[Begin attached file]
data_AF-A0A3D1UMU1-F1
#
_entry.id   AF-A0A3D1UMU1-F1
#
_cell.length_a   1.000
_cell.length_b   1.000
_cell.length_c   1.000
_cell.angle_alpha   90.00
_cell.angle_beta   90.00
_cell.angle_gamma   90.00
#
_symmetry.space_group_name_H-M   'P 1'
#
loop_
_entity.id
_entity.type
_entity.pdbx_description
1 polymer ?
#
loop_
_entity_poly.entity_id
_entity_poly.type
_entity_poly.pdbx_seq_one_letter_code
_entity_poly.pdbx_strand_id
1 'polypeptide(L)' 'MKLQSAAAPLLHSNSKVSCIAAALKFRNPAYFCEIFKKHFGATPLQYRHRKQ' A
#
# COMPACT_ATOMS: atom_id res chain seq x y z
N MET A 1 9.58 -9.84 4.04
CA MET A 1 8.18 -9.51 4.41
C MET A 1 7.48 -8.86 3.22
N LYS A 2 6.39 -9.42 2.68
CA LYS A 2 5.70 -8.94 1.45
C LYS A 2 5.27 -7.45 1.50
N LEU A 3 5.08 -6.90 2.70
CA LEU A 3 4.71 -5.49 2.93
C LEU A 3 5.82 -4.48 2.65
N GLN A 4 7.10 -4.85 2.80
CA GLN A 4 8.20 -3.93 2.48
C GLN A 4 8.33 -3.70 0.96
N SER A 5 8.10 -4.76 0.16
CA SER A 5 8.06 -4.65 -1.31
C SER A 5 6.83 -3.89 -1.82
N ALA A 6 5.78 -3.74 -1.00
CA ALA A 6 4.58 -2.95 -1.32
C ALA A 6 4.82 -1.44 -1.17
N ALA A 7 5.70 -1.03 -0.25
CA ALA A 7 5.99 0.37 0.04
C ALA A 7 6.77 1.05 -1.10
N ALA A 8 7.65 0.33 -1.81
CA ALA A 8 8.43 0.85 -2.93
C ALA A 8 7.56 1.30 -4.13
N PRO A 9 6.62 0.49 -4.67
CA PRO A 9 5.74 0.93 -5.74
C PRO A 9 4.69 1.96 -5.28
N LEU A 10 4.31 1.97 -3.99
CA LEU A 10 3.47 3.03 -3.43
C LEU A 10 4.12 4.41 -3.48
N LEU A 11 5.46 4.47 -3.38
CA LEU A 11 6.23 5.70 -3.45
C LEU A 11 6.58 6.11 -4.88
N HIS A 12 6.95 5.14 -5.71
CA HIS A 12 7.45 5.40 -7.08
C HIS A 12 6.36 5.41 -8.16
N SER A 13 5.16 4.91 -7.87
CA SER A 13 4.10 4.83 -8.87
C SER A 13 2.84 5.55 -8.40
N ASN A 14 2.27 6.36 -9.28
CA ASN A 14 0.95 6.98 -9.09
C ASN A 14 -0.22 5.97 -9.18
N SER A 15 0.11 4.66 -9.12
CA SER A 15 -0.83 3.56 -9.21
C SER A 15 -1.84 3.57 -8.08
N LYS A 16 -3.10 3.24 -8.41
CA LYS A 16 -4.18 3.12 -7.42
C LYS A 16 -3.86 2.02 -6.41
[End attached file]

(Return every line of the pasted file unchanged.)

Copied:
data_AF-A0A3D1UMU1-F1
#
_entry.id   AF-A0A3D1UMU1-F1
#
_cell.length_a   1.000
_cell.length_b   1.000
_cell.length_c   1.000
_cell.angle_alpha   90.00
_cell.angle_beta   90.00
_cell.angle_gamma   90.00
#
_symmetry.space_group_name_H-M   'P 1'
#
loop_
_entity.id
_entity.type
_entity.pdbx_description
1 polymer ?
#
loop_
_entity_poly.entity_id
_entity_poly.type
_entity_poly.pdbx_seq_one_letter_code
_entity_poly.pdbx_strand_id
1 'polypeptide(L)' 'MKLQSAAAPLLHSNSKVSCIAAALKFRNPAYFCEIFKKHFGATPLQYRHRKQ' A
#
# COMPACT_ATOMS: atom_id res chain seq x y z
N MET A 1 9.58 -9.84 4.04
CA MET A 1 8.18 -9.51 4.41
C MET A 1 7.48 -8.86 3.22
N LYS A 2 6.39 -9.42 2.68
CA LYS A 2 5.70 -8.94 1.45
C LYS A 2 5.27 -7.45 1.50
N LEU A 3 5.08 -6.90 2.70
CA LEU A 3 4.71 -5.49 2.93
C LEU A 3 5.82 -4.48 2.65
N GLN A 4 7.10 -4.85 2.80
CA GLN A 4 8.20 -3.93 2.48
C GLN A 4 8.33 -3.70 0.96
N SER A 5 8.10 -4.76 0.16
CA SER A 5 8.06 -4.65 -1.31
C SER A 5 6.83 -3.89 -1.82
N ALA A 6 5.78 -3.74 -1.00
CA ALA A 6 4.58 -2.95 -1.32
C ALA A 6 4.82 -1.44 -1.17
N ALA A 7 5.70 -1.03 -0.25
CA ALA A 7 5.99 0.37 0.04
C ALA A 7 6.77 1.05 -1.10
N ALA A 8 7.65 0.33 -1.81
CA ALA A 8 8.43 0.85 -2.93
C ALA A 8 7.56 1.30 -4.13
N PRO A 9 6.62 0.49 -4.67
CA PRO A 9 5.74 0.93 -5.74
C PRO A 9 4.69 1.96 -5.28
N LEU A 10 4.31 1.97 -3.99
CA LEU A 10 3.47 3.03 -3.43
C LEU A 10 4.12 4.41 -3.48
N LEU A 11 5.46 4.47 -3.38
CA LEU A 11 6.23 5.70 -3.45
C LEU A 11 6.58 6.11 -4.88
N HIS A 12 6.95 5.14 -5.71
CA HIS A 12 7.45 5.40 -7.08
C HIS A 12 6.36 5.41 -8.16
N SER A 13 5.16 4.91 -7.87
CA SER A 13 4.10 4.83 -8.87
C SER A 13 2.84 5.55 -8.40
N ASN A 14 2.27 6.36 -9.28
CA ASN A 14 0.95 6.98 -9.09
C ASN A 14 -0.22 5.97 -9.18
N SER A 15 0.11 4.66 -9.12
CA SER A 15 -0.83 3.56 -9.21
C SER A 15 -1.84 3.57 -8.08
N LYS A 16 -3.10 3.24 -8.41
CA LYS A 16 -4.18 3.12 -7.42
C LYS A 16 -3.86 2.02 -6.41